The Race: Liège-Bastogne-Liège

Liege-Bastogne-Liege race course. The blue line is from Liege to Bastogne, and the red line is from Bastogne to Ans.

This Sunday, April 24th, will be the 97th edition of Liège-Bastogne-Liège. This race is an out-and-back course, 161 miles total: the first leg, from Liège to Bastogne is approximately 65 miles, and the return leg is approximately 96 miles, with most of the long, steep climbs coming in the final 60 miles of the race. Until 10 years ago the race was a true loop, finishing in the Liège city-centre, but in 1992, the finish was moved to the suburb of Ans. Moving the finish allowed the race to end on a 1-mile climb up the Côte de Saint-Nicolas. (The côtes – 11 in total – in Liège-Bastogne-Liège are the equivalent of the Tour of Flanders’ bergs).

Liège-Bastogne-Liège is known more for its brutal climbs than its cobbles. While there are a few rough sections, cycling’s oldest race (first held in 1892) has made its way onto modern roads. As we have seen the past couple of weeks, riding on cobbles is challenging because the uneven surface causes mechanical problems and crashes. At Liège-Bastogne-Liège, the challenge is hanging in for the final 60 miles of climbing. Often a rider or group of riders will try to distance itself from the peloton either on or just prior to one of these climbs.

A Quick Update on Paris-Roubaix

Photo courtesy of Wikipedia.

Two weeks ago, we were in France at Paris-Roubaix. With favourite (and 2009 champion) Tom Boonen out of the race (after a mechanical problem and a crash), Johan Van Summeren of Team Garmin-Cervelo was able to ride away from the lead pack of riders to finish solo, crossing the finish line in the Roubaix velodrome a full 19 seconds ahead of last year’s winner, Fabian Cancellara, who finished second.

Travelling with your Folding Bike

Cycle routes in southern Belgium.

Since there has been a full two weeks between races, there is ample time to ride between Roubaix and Liège, even riding only a few hours every day. The total distance is about 125 miles, so with 2 hours of fairly leisurely riding, it would be possible to make it from Roubaix to Liège in only 3 or 4 days. There is a network of bike routes throughout the French-speaking region of Belgium. You can start in Lille, just south of Roubaix in France, and ride east to Liège – you can choose your route depending on how long you want to ride each day and which cities you want to see. And, of course, if you didn’t want to ride through the countryside you can always just take your folding bike as a piece of luggage on the train.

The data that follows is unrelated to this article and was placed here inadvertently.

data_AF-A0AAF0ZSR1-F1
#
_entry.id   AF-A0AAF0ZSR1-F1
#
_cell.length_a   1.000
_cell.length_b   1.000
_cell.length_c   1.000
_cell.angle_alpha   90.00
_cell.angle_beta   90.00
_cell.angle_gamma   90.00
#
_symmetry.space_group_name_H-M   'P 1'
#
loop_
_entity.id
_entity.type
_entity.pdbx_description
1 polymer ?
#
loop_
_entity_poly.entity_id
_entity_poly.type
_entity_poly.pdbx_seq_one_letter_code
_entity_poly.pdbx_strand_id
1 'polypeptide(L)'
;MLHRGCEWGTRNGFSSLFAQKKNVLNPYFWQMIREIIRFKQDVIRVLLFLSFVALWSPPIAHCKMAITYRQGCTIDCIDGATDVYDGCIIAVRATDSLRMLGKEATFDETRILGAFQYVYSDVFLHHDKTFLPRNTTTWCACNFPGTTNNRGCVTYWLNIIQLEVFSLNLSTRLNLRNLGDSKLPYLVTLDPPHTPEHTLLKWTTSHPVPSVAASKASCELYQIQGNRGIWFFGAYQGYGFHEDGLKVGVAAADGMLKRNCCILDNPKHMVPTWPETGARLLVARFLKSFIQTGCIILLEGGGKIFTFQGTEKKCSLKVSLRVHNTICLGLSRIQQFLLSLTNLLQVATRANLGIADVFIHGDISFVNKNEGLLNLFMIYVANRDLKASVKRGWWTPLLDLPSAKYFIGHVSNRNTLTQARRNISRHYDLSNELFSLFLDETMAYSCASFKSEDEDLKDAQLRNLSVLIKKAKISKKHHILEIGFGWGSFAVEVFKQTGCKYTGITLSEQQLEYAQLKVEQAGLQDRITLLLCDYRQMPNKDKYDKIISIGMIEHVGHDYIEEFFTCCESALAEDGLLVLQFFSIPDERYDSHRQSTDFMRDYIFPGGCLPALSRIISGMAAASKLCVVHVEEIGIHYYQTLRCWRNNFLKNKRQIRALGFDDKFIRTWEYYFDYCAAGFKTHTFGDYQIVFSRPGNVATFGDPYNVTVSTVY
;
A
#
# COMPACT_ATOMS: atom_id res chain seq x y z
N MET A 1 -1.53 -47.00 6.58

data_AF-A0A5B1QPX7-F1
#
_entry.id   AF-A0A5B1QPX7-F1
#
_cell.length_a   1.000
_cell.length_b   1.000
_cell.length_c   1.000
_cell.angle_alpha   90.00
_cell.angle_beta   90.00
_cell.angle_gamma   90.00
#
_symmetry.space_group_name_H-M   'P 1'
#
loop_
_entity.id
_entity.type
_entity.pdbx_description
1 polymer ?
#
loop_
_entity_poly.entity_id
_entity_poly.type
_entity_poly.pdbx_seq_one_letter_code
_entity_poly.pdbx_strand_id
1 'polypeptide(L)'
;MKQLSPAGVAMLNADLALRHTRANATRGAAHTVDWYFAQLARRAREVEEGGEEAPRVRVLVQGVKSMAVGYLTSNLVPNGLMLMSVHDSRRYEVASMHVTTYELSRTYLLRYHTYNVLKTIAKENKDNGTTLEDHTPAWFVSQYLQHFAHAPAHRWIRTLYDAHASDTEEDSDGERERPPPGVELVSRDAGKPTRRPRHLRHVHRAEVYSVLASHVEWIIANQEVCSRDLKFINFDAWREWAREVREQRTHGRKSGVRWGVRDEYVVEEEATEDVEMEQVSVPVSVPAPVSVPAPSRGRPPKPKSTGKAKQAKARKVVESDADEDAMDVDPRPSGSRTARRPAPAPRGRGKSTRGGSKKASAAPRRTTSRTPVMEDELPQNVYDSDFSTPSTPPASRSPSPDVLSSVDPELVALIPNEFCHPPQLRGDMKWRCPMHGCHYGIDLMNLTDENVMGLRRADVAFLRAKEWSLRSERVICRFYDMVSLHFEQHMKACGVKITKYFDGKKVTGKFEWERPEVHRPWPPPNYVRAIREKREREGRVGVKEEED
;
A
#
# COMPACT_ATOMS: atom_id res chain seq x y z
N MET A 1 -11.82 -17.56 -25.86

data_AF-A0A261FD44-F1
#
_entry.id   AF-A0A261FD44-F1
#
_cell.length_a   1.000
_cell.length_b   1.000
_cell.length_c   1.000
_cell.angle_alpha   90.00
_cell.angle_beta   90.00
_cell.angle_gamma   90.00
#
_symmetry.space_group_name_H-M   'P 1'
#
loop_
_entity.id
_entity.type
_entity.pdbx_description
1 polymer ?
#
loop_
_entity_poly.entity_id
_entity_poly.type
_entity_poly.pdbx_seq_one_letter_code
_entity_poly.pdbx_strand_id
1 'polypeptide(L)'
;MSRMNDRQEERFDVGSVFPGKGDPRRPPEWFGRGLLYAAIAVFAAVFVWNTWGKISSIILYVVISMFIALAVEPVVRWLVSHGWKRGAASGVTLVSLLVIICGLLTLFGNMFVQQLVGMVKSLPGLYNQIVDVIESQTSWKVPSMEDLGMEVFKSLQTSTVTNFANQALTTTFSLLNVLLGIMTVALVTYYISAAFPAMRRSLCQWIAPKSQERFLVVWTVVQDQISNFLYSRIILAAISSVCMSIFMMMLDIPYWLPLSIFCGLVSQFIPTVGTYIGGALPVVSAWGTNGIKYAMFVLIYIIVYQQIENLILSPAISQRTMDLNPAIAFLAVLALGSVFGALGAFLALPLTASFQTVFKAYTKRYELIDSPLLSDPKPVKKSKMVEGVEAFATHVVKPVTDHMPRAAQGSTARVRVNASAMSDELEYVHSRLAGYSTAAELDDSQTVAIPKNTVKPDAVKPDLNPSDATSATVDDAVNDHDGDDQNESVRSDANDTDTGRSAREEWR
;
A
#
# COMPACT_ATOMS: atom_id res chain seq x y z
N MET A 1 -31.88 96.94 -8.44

Taking in the Sites

Photo courtesy of Wikipedia.

While Liège is home to one of the biggest one-day races on the pro cycling calendar, it is also an industrial city, and has its fair share of pollution and traffic. Because of the steep hills, if you’re going to be staying in Liège, you might want to leave your folding bike in your hotel for a few days and take in the sites on foot (like this giant staircase – the 406 steps of the Montagne de Bueren), or on public transportation. Of course, if you’re going to be taking public transportation, you can always take your folding bike along, just in case. (Or you can take the bus uphill and ride on the way down – I just wouldn’t recommend riding down that staircase!).

A cycling route in the Liege area.

There are also good opportunities for both mountain biking and road riding just outside the city – there are routes of different lengths suitable for cyclists of all abilities. Many of these are loops that begin and end in Liège, and depending on where you’re staying, you might have to ride through the city to get to the start of your route; it might be easier to bus it to the start of the route with your folding bike than to brave some of the hills in Liege. It’s also worth noting that Liège is surrounded by hilly terrain, and even “easy” rides feature substantial hilly sections. Although the riding will be more pleasant out of the city and away from traffic, you’ll still be in for a good workout.

Part of the network of bike paths in southern Belgium. Photo courtesy of Rando Velo.

If you’re going to be touring southern Belgium with a Montague folding bike, you’ll definitely want one with gears – if you’re going to be riding mostly paved roads, the Navigator or the Fit would be a good choice, and if you’re thinking of doing some trail riding, you might consider the Paratrooper or the Paratrooper Pro. There’s also some seriously hilly riding on the way from Roubaix to Liège. If you’re concerned about being able to tackle the hills, you might be most comfortable on a mountain bike because Montague’s folding mountain bikes, like most mountain bikes, are geared lower than pavement bikes. And because Montague folding bikes have full size wheels, it’s easy to find a set of narrower semi-slick tires for your mountain bike if that’s what you prefer.

Where Have You Travelled?

Have you done any bicycle touring? How was the trip? Did you run into any unexpected terrain or weather? What’s the longest you’ve ridden in a day? Or the steepest hill? We’d love to hear your stories.

Up Next: To Switzerland for the Tour of Romandie

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